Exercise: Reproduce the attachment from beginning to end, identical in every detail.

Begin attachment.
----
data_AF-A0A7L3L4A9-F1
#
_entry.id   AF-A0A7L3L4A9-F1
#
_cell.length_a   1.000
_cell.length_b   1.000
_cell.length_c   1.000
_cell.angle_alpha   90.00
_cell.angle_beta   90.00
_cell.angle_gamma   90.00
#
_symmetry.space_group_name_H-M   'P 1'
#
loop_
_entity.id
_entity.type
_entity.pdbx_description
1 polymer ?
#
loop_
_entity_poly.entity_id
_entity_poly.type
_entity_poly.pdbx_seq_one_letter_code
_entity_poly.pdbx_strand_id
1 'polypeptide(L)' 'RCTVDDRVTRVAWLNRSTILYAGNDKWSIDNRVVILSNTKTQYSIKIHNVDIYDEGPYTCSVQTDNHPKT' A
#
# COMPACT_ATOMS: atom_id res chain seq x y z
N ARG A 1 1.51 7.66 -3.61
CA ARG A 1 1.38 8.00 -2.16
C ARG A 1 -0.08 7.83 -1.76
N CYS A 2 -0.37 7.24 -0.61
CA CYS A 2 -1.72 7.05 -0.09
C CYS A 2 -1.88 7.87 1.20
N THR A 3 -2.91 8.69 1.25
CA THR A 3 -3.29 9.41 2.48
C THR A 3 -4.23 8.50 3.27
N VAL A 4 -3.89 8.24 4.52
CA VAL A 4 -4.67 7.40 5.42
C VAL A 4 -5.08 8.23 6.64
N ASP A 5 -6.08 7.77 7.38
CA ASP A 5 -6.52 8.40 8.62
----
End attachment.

data_AF-A0A7L3L4A9-F1
#
_entry.id   AF-A0A7L3L4A9-F1
#
_cell.length_a   1.000
_cell.length_b   1.000
_cell.length_c   1.000
_cell.angle_alpha   90.00
_cell.angle_beta   90.00
_cell.angle_gamma   90.00
#
_symmetry.space_group_name_H-M   'P 1'
#
loop_
_entity.id
_entity.type
_entity.pdbx_description
1 polymer ?
#
loop_
_entity_poly.entity_id
_entity_poly.type
_entity_poly.pdbx_seq_one_letter_code
_entity_poly.pdbx_strand_id
1 'polypeptide(L)' 'RCTVDDRVTRVAWLNRSTILYAGNDKWSIDNRVVILSNTKTQYSIKIHNVDIYDEGPYTCSVQTDNHPKT' A
#
# COMPACT_ATOMS: atom_id res chain seq x y z
N ARG A 1 1.51 7.66 -3.61
CA ARG A 1 1.38 8.00 -2.16
C ARG A 1 -0.08 7.83 -1.76
N CYS A 2 -0.37 7.24 -0.61
CA CYS A 2 -1.72 7.05 -0.09
C CYS A 2 -1.88 7.87 1.20
N THR A 3 -2.91 8.69 1.25
CA THR A 3 -3.29 9.41 2.48
C THR A 3 -4.23 8.50 3.27
N VAL A 4 -3.89 8.24 4.52
CA VAL A 4 -4.67 7.40 5.42
C VAL A 4 -5.08 8.23 6.64
N ASP A 5 -6.08 7.77 7.38
CA ASP A 5 -6.52 8.40 8.62